Burnt offering

When major-league Dallas soccer wanted to come to Hickory Creek, the folks there just weren't buying

The fact is, south Denton County sprawl has come to town, and Hickory Creek has land to develop on its rural west side of I-35. The area became ripe for plucking only recently, when a new McDonald's stand helped pay to get the town sewers extended under the freeway. Now, it seems the entire west side of town is either under the blade or for sale at the right price.

The 500 houses Millie expects to be built in the next several years will be priced between $150,000 and $350,000 and aimed at young families. "People are going to be demanding we build these kinds of facilities," says Millie. Indeed, the new side of Hickory Creek appears to be a perfect habitat for carpools of Suburbans loaded with boys and girls in shin guards and cleats.

But those people, at the moment, live somewhere else, and Hickory Creek is still a small town. Nowhere is this more apparent than Millie's business card, which reads "Public works director, Building officer, Code enforcement, Animal control, Etc."

Hickory Creek resident Debbie Walker, working in the 100-degree-plus heat,  hands out water to a couple of bikers after they signed the no-Blue Sky petition.
Mark Graham
Hickory Creek resident Debbie Walker, working in the 100-degree-plus heat, hands out water to a couple of bikers after they signed the no-Blue Sky petition.

And a lot of people who have lived in Hickory Creek for decades or moved in before the late-'90s boom like it small and sleepy. Millie and his supporters never imagined the depth of feeling -- from the philosophical right and the environmental left -- or the crystallization of such a vigorous coalition of grassrooters hell-bent on seeing the plan fail.

And once they started picking apart Blue Sky, its weaknesses became clearer for everyone to see.

Jim Clarke, a Hickory Creek council member and a sales rep for a Dallas trucking firm, says the Blue Sky controversy had him talking with people whom "I'd never dream of being on the same side of, for anything."

Clarke maintains a Web site called "The Conservative Fundamentalist Whacko," on which he posts his political cartoons and Web animation. It's mostly take-no-prisoners Clinton-bashing with young women in clinging skirts and plenty of Monicagate. He added a second Web site aimed at Blue Sky after his council colleagues voted 3-2 on July 14 to enter formal negotiations with Brody. His own opposition, he says, was both philosophical and practical.

"It's a bad idea. I don't think the city should invest so much in one person's idea," he explains over a soft drink at the sewer-providing McDonald's. He would have no problem with the plan if it were pursued like most enterprises -- on private land. That option, Brody had explained to him, would mean an initial investment of as much as $2.5 million in the sports facility. Clarke says Brody never adequately explained to him why he simply did not choose that route.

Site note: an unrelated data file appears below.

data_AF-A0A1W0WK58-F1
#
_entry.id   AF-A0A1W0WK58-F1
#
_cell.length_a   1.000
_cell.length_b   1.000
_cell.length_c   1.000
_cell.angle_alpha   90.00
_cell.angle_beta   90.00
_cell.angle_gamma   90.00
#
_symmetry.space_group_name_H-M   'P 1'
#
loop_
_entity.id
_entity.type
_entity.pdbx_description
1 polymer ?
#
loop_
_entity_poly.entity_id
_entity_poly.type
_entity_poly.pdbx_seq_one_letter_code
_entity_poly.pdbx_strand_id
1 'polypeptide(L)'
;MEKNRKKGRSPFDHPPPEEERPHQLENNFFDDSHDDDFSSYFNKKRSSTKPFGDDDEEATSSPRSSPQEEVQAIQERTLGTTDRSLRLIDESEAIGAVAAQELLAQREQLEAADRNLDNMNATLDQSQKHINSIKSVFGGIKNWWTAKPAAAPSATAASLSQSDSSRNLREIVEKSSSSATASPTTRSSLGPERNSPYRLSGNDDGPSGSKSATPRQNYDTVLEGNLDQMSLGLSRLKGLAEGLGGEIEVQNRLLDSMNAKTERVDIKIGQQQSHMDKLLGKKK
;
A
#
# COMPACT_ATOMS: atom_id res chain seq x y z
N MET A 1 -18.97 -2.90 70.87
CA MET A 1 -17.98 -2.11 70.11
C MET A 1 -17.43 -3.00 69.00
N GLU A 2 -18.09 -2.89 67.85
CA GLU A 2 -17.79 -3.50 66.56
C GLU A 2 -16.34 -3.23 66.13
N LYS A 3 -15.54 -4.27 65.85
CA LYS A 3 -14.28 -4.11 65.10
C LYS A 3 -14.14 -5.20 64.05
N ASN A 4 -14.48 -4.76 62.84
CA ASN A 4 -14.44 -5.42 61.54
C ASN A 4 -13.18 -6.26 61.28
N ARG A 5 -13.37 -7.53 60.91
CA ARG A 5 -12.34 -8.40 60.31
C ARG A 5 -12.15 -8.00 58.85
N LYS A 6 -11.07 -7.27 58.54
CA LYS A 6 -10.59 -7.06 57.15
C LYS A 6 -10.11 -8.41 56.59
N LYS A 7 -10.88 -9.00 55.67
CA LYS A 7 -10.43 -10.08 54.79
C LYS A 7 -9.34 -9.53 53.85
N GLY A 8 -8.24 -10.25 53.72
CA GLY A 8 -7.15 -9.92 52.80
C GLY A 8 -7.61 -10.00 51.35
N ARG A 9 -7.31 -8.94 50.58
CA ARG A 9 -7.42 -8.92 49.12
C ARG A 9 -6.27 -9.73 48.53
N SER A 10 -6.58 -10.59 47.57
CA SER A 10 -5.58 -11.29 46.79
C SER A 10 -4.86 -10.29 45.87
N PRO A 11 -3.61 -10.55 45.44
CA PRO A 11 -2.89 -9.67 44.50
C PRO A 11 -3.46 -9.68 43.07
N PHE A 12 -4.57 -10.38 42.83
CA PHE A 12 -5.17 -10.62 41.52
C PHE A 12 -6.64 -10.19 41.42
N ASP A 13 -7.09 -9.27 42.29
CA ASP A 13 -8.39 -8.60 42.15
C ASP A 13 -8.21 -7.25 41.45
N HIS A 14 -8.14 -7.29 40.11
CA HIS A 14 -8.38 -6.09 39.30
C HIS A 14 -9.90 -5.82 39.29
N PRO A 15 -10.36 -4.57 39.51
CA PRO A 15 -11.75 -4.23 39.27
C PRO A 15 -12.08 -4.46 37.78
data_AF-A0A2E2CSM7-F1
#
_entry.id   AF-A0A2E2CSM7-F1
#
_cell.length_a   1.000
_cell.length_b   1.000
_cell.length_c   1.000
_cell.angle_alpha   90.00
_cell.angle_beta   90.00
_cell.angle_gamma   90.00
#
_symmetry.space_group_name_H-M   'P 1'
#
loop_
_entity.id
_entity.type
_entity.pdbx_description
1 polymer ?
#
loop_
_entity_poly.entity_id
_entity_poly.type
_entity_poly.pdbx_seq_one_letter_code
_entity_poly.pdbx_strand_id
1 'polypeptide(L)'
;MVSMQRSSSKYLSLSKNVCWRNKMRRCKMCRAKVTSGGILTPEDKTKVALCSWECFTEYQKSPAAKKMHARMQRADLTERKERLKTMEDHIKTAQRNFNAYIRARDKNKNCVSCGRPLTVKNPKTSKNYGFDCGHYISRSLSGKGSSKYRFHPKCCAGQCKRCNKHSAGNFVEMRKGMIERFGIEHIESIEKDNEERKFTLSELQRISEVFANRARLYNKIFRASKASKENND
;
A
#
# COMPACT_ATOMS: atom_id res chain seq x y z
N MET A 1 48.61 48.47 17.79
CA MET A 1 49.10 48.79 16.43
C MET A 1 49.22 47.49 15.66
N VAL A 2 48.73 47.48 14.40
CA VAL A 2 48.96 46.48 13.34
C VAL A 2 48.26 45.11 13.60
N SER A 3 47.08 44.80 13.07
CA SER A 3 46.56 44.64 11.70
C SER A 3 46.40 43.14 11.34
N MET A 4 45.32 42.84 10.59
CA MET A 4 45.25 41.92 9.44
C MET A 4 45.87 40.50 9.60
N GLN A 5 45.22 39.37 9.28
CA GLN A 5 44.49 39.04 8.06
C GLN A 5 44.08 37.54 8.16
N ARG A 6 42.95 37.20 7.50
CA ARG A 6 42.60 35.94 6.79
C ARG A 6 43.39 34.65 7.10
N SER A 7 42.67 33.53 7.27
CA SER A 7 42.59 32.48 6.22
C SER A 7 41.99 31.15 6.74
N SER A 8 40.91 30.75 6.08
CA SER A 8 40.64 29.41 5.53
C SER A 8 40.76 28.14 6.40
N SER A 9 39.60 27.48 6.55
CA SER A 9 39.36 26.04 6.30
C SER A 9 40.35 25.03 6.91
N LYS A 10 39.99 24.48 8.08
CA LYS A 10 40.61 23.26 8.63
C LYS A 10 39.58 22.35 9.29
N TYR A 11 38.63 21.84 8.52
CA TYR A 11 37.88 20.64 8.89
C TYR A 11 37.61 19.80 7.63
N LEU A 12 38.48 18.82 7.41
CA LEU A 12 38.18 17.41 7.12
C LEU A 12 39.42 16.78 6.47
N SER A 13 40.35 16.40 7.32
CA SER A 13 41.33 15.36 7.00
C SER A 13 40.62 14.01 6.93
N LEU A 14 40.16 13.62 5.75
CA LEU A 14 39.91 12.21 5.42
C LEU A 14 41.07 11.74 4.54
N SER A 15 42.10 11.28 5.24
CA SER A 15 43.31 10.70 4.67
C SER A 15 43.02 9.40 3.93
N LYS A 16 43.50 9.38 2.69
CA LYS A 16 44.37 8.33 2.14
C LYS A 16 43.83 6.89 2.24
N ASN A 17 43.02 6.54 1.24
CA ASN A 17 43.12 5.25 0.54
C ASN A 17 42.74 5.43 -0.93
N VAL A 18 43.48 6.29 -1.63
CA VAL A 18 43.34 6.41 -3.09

Clarke believes there is a risk that the feds would close the park entirely if the Blue Sky-Hickory Creek enterprise failed. Neighboring Lake Dallas dropped the ball at one of its leased parks, and that's just what happened. Once one of these lakeside parks goes off the federal budget, it takes a vote of Congress to bring it back.

"The park is underdeveloped now, and that isn't necessarily bad. Another thing that bothers me is how this has been railroaded through. It's been rush, rush, rush. Brody arrives in May, and we're voting to jump in on the deal in July."

While Clarke fought from within, a number of ordinary citizens stepped up to organize, research, write and print fliers, petition, spin, and generally rally the opposition. "We're not a bunch of hicks," says Cherly Roemmele, who two decades ago purchased two acres on a beautiful country lane right next to the park. "We know how to do this. We've done it before."

In the late '80s, a Grand Prairie company came to town pitching a drive-through zoo. But the debate fell around election time, and the town rose up to oust the mayor and change the balance of opinion on the council. The menagerie was never heard from again.

Roemmele, a veteran of the zoo battle, says the thickets and grasslands and forested areas adjacent to her house are loaded with wildlife: bobcats, bull snakes, coyotes, red tail hawks, and all types of migrating birds. An opposition Web site quickly posted photos of four native birds on the federal endangered species list: the bald eagle (since removed from the list), the whooping crane, the mountain plover, and the black capped vireo, and instructed, "Take a photo of these birds in Westlake Park and save their home."

Real estate agent Clyde Fisher, who sells many of the $120,000 homes in the existing subdivisions of Hickory Creek, says the sleepy nature of the town and the undeveloped park land are selling points he doesn't want to lose. "That park is one of the largest pieces of undeveloped land around here, and people are trying to figure out how to feather their nests. I understand that. I'm a businessman. But it is public land. It would be better if it were brought to a public vote before they do anything with it."

Opponent Terry Dyson, an engineer, immediately began gathering documents from the Army Corps of Engineers about their requirements for such a project and at times seemed to know more than most of the politicians about the intricacies of the plan.

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